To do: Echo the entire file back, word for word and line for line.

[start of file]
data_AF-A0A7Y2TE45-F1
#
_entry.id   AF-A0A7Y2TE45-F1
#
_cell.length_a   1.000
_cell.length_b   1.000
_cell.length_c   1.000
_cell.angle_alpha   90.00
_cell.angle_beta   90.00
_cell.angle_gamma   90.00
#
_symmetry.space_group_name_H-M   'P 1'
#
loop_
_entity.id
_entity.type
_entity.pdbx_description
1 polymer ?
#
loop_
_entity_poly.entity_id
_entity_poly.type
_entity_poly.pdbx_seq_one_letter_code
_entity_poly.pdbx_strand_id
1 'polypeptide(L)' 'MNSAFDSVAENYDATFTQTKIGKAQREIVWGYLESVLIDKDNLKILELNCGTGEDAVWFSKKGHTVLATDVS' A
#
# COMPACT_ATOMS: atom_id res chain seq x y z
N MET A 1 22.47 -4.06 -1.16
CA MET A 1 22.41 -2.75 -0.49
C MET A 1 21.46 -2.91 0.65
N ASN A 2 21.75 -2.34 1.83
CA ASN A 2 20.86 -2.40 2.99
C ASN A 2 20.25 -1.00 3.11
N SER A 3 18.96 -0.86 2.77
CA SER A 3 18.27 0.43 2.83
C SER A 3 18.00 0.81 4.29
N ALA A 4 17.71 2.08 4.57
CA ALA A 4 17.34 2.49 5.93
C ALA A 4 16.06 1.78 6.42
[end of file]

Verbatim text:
data_AF-A0A7Y2TE45-F1
#
_entry.id   AF-A0A7Y2TE45-F1
#
_cell.length_a   1.000
_cell.length_b   1.000
_cell.length_c   1.000
_cell.angle_alpha   90.00
_cell.angle_beta   90.00
_cell.angle_gamma   90.00
#
_symmetry.space_group_name_H-M   'P 1'
#
loop_
_entity.id
_entity.type
_entity.pdbx_description
1 polymer ?
#
loop_
_entity_poly.entity_id
_entity_poly.type
_entity_poly.pdbx_seq_one_letter_code
_entity_poly.pdbx_strand_id
1 'polypeptide(L)' 'MNSAFDSVAENYDATFTQTKIGKAQREIVWGYLESVLIDKDNLKILELNCGTGEDAVWFSKKGHTVLATDVS' A
#
# COMPACT_ATOMS: atom_id res chain seq x y z
N MET A 1 22.47 -4.06 -1.16
CA MET A 1 22.41 -2.75 -0.49
C MET A 1 21.46 -2.91 0.65
N ASN A 2 21.75 -2.34 1.83
CA ASN A 2 20.86 -2.40 2.99
C ASN A 2 20.25 -1.00 3.11
N SER A 3 18.96 -0.86 2.77
CA SER A 3 18.27 0.43 2.83
C SER A 3 18.00 0.81 4.29
N ALA A 4 17.71 2.08 4.57
CA ALA A 4 17.34 2.49 5.93
C ALA A 4 16.06 1.78 6.42